Tuberculosis is a public health crisis and has been declared a national emergency in South Africa. Estimates suggest that nine million people contract standard TB every year. Ninety percent of those who contract TB living in the developing world.
The standard course of TB treatment is six months of antibiotics. For most people, this treatment works so long as they continue to take the drugs for the entire six months. Health care workers attempt to ensure that people stick with their treatment by requiring that patients go to a clinic every day and be watched taking their pills. Some patients feel better after a couple of months, however, and stop coming.
This failure to finish treatment enables the bacteria to build resistance to the drugs. It is this “non-compliance” that has led the bacteria to mutate into two drug-resistant strains of MDR-TB and the much more dangerous strain XDR-TB. They are now found in 45 countries.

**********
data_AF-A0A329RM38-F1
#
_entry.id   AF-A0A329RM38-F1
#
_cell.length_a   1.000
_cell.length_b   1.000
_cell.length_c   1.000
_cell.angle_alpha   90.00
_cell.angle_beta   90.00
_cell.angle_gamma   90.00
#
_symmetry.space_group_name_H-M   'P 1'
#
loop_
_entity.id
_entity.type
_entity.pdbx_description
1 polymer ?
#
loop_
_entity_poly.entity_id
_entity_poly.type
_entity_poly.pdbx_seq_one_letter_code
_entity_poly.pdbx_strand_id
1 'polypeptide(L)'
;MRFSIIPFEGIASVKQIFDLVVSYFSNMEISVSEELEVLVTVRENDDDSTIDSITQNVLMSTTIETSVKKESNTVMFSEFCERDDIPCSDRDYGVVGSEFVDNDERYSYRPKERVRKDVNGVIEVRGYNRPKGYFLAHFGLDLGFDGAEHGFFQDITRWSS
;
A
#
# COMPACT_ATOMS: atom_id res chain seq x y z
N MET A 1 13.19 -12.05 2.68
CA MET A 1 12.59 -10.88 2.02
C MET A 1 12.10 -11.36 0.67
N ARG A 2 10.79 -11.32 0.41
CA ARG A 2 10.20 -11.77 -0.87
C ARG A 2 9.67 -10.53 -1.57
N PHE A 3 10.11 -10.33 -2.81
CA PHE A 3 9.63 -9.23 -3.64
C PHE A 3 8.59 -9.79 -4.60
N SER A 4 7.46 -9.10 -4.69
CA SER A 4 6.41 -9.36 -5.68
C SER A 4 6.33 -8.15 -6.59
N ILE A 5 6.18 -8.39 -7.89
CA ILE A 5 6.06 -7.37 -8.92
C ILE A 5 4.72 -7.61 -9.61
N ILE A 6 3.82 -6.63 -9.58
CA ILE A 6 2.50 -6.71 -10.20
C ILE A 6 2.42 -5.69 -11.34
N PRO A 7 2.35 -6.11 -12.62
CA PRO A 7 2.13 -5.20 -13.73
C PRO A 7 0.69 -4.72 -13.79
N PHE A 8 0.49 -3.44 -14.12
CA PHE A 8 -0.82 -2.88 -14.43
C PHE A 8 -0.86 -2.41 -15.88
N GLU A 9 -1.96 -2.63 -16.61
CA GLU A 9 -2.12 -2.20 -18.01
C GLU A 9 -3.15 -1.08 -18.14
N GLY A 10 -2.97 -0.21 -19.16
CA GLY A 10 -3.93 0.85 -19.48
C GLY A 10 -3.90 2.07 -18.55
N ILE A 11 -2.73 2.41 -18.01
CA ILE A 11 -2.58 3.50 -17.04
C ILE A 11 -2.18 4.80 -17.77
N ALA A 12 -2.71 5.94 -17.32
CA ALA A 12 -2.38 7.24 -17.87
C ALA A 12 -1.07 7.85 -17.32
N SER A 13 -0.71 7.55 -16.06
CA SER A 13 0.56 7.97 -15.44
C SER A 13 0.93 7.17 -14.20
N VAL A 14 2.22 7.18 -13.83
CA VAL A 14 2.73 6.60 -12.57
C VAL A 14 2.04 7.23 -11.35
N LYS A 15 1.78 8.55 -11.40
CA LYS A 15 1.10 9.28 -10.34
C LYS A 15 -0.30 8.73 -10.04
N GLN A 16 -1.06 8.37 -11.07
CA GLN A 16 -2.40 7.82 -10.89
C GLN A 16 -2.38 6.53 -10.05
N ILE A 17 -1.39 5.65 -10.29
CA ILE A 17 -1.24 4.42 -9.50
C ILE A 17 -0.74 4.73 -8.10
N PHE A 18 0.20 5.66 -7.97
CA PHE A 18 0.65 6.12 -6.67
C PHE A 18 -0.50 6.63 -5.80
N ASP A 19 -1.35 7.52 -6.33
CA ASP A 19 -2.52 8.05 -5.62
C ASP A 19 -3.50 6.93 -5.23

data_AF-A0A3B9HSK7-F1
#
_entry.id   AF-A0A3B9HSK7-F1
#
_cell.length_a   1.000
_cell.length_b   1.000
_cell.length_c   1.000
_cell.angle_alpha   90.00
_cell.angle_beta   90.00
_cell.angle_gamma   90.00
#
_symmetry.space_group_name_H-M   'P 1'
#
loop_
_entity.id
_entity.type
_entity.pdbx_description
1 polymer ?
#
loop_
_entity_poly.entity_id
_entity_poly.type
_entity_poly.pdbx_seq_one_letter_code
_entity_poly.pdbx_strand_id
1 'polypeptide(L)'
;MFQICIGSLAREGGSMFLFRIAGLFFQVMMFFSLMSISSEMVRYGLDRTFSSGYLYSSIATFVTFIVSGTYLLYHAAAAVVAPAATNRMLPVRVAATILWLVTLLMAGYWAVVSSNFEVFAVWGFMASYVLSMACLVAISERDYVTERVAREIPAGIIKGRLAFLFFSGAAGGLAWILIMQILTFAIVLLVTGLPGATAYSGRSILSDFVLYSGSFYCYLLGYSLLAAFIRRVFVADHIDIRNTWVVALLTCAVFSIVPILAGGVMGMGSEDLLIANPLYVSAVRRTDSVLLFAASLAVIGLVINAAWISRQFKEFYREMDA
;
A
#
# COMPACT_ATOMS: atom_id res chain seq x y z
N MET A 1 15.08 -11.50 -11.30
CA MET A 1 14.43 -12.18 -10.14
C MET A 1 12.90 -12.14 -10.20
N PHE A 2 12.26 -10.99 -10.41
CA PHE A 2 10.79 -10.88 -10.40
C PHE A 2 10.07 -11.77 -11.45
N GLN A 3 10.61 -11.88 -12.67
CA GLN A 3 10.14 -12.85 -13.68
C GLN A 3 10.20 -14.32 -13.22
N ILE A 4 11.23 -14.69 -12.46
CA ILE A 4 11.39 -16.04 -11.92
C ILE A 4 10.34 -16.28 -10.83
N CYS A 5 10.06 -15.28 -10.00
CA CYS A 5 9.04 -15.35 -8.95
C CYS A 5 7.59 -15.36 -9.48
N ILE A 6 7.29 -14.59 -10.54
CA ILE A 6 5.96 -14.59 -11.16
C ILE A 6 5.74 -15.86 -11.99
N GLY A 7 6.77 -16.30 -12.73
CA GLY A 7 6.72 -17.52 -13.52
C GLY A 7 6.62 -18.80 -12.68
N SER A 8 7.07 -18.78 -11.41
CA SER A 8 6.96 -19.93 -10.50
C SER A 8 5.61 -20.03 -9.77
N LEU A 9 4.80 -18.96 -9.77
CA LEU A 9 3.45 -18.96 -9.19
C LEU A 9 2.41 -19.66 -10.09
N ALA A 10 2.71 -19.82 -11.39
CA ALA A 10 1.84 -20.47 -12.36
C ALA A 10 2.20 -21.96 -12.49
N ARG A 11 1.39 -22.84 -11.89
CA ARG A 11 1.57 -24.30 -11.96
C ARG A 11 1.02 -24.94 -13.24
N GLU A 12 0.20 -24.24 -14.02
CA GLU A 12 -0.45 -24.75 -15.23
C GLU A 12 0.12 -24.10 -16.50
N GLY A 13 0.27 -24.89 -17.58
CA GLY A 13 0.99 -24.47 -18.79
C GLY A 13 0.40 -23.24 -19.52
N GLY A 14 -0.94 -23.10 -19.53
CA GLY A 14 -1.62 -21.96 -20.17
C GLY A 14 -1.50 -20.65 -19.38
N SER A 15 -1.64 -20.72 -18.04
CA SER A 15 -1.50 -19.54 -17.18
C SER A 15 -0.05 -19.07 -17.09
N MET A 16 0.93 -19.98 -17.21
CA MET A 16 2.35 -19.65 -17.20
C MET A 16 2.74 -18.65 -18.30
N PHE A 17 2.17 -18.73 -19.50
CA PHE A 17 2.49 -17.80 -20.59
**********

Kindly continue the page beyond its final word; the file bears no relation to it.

According to the WHO, and based on data from an XDR-TB outbreak in South Africa, XDR-TB has an alarmingly high mortality rate. Of the 544 patients studied, 221 had MDR-TB. Of the 221 MDR-TB cases, 53 were defined as XDR-TB. Of the 53 patients, 44 had been tested for HIV and all were HIV-positive. 52 of 53 patients died, on average, within 25 days.
Protecting the public’s health has become the focus in the battle against these new drug-resistant strains of TB. It is why people with the new strains are being kept virtual prisoners, even if the cost is their personal freedom. Patients are generally required to stay in the hospital until they have tested negative for TB. As of now, only one XDR patient in the South African hospital has left permanently cured.